[steve@ando ~]$ python -m cProfile fastwrite5.py
17846645 function calls in 53.575 seconds

Ordered by: standard name

ncalls tottime percall cumtime percall filename:lineno(function)
1 30.561 30.561 53.575 53.575 fastwrite5.py:1(<module>)
1 0.000 0.000 0.000 0.000 {cStringIO.StringIO}
5948879 5.582 0.000 5.582 0.000 {len}
1 0.004 0.004 0.004 0.004 {method 'close' of 'cStringIO.StringO' objects}
1 0.000 0.000 0.000 0.000 {method 'close' of 'file' objects}
1 0.000 0.000 0.000 0.000 {method 'disable' of '_lsprof.Profiler' objects}
5948879 9.979 0.000 9.979 0.000 {method 'format' of 'str' objects}
1 0.103 0.103 0.103 0.103 {method 'getvalue' of 'cStringIO.StringO' objects}
5948879 7.135 0.000 7.135 0.000 {method 'write' of 'cStringIO.StringO' objects}
1 0.211 0.211 0.211 0.211 {method 'write' of 'file' objects}
1 0.000 0.000 0.000 0.000 {open}


As you can see, the time is dominated by repeatedly calling len(),
str.format() and StringIO.write() methods. Actually writing the data to
the file is quite a small percentage of the cumulative time.

So, here's another version, this time using a pre-calculated limit. I
cheated and just copied the result from the fastwrite5 output

# fasterwrite.py
filename = 'fasterwrite.dat'
with open(filename, 'w') as f:
for i in xrange(5948879): # Actually only 44MB, not 50MB.
f.write('%d\n' % i)


And the profile results are about twice as fast as fastwrite5 above, with
only 8 seconds in total writing to my HDD.

[steve@ando ~]$ python -m cProfile fasterwrite.py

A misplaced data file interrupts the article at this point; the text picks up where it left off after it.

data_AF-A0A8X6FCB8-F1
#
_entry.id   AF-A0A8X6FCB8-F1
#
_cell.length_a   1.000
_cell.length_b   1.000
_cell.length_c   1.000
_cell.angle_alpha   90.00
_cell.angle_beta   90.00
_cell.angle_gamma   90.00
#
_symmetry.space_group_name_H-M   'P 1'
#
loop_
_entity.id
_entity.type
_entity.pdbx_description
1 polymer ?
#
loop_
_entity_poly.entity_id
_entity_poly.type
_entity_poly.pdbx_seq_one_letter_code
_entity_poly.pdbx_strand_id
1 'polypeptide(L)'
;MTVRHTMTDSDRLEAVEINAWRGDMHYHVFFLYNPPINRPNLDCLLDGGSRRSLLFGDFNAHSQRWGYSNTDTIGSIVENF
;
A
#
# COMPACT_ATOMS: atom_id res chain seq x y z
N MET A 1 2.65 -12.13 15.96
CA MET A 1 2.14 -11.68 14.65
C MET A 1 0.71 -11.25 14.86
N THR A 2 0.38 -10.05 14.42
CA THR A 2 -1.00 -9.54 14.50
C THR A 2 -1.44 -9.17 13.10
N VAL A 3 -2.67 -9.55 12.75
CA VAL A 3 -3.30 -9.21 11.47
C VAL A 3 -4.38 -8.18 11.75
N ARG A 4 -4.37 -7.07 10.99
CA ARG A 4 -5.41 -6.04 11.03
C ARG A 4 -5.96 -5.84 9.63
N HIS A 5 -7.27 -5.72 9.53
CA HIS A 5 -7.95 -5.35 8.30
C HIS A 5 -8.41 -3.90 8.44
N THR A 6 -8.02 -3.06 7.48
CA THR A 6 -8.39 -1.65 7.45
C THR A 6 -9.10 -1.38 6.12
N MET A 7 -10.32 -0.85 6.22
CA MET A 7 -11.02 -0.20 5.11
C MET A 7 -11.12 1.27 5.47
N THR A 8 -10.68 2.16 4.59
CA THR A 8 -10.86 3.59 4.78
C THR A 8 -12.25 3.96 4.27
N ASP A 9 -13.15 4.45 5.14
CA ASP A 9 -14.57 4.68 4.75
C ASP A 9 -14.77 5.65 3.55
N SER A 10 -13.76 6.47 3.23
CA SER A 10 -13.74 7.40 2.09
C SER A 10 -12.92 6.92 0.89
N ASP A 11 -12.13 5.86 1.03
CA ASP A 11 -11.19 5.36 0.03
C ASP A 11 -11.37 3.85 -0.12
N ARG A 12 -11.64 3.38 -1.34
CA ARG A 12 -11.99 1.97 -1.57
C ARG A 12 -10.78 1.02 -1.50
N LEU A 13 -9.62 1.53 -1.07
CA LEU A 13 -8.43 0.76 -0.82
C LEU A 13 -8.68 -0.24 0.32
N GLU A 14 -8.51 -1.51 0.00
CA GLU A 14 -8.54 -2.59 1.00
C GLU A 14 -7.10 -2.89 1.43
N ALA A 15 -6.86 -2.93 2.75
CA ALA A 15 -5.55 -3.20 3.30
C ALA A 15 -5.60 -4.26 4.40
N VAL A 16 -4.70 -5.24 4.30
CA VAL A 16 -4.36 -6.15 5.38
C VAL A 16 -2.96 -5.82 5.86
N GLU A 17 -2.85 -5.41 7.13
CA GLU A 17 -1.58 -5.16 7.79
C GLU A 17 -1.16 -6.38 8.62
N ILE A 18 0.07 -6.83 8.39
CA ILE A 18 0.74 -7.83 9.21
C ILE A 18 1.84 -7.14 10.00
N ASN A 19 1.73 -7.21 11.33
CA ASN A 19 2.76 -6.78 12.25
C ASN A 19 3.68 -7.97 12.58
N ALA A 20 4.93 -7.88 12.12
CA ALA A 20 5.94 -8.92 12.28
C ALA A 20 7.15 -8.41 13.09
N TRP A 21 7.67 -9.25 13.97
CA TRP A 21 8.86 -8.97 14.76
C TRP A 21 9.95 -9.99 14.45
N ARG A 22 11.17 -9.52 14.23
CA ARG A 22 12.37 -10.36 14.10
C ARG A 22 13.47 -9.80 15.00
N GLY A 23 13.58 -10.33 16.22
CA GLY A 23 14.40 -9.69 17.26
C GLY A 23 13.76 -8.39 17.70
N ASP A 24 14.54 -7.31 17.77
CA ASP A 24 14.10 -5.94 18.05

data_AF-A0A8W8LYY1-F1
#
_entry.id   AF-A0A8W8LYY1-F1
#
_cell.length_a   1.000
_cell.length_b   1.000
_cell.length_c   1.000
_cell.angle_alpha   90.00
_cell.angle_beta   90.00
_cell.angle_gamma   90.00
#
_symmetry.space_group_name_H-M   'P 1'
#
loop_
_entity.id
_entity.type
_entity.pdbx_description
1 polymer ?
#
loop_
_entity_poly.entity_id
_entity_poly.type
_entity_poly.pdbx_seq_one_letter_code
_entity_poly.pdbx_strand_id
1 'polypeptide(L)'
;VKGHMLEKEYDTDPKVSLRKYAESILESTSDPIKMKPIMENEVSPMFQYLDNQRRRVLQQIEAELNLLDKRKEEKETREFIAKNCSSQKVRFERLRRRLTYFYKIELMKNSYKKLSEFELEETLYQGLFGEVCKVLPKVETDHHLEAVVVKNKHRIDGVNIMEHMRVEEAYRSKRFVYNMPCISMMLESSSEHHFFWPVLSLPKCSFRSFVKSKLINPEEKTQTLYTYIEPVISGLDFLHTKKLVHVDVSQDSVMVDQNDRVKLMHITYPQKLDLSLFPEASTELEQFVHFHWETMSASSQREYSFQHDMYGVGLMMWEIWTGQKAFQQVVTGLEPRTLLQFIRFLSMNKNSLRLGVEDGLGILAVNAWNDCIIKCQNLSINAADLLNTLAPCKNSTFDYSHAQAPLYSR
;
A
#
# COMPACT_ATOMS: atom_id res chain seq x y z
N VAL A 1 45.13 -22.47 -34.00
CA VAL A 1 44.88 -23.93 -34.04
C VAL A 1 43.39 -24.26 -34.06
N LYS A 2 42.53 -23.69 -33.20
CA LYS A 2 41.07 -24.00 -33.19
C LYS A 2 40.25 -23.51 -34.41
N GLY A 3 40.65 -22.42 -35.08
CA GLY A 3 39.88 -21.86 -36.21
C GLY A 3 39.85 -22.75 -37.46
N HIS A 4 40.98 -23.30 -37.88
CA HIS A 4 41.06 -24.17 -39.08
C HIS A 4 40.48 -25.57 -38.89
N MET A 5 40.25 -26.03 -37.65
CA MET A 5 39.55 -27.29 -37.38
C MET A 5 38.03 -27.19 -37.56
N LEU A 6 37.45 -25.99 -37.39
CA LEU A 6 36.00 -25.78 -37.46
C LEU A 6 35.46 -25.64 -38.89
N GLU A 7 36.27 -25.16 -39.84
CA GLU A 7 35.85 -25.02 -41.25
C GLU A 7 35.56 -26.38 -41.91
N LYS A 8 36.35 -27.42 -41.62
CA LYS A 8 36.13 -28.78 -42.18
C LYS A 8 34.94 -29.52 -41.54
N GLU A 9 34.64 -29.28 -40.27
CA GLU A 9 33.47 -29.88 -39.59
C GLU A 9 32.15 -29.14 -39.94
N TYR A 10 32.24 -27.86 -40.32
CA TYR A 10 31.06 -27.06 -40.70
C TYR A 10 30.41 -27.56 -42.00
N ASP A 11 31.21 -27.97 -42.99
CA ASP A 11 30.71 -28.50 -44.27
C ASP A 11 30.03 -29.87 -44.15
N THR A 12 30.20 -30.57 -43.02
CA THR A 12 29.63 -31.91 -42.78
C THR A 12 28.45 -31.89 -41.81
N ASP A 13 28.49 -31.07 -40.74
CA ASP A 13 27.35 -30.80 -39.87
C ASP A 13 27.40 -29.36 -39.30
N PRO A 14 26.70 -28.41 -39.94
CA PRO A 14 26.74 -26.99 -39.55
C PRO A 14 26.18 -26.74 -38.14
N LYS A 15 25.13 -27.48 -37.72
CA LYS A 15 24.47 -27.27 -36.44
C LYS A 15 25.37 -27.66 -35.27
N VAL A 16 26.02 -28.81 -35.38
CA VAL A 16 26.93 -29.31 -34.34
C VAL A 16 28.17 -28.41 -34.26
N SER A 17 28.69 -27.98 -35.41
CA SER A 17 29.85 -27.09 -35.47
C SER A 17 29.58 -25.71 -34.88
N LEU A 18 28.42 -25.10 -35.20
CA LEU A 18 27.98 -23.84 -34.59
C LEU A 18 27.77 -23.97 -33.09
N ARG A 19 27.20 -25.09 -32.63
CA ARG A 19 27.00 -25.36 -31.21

5948882 function calls in 28.840 seconds

Ordered by: standard name

ncalls tottime percall cumtime percall filename:lineno(function)
1 20.592 20.592 28.840 28.840 fasterwrite.py:1(<module>)
1 0.000 0.000 0.000 0.000 {method 'disable' of '_lsprof.Profiler' objects}
5948879 8.229 0.000 8.229 0.000 {method 'write' of 'file' objects}
1 0.019 0.019 0.019 0.019 {open}


Without the overhead of the profiler, it is a little faster:

[steve@ando ~]$ time python fasterwrite.py

real 0m16.187s
user 0m13.553s
sys 0m0.508s


Although it is still slower than the heavily optimized dd command,
but not unreasonably slow for a high-level language:

[steve@ando ~]$ time dd if=fasterwrite.dat of=copy.dat
90781+1 records in
90781+1 records out
46479922 bytes (46 MB) copied, 0.737009 seconds, 63.1 MB/s

real 0m0.786s
user 0m0.071s
sys 0m0.595s




--
Steven
 
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Carlos Nepomuceno
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Posts: n/a
 
      05-17-2013
You've hit the bullseye!

Thanks a lot!!!

> Oh, I forgot to mention: you have a bug in this function. You're already
> including the newline in the len(line), so there is no need to add one.
> The result is that you only generate 44MB instead of 50MB.


That's because I'm running on Windows.
What's the fastest way to check if '\n' translates to 2 bytes on file?

> Here are the results of profiling the above on my computer. Including the
> overhead of the profiler, it takes just over 50 seconds to run your file
> on my computer.
>
> [steve@ando ~]$ python -m cProfile fastwrite5.py
> 17846645 function calls in 53.575 seconds
>


Didn't know the cProfile module.Thanks a lot!

> Ordered by: standard name
>
> ncalls tottime percall cumtime percall filename:lineno(function)
> 1 30.561 30.561 53.575 53.575 fastwrite5.py:1(<module>)
> 1 0.000 0.000 0.000 0.000 {cStringIO.StringIO}
> 5948879 5.582 0.000 5.582 0.000 {len}
> 1 0.004 0.004 0.004 0.004 {method 'close' of 'cStringIO.StringO' objects}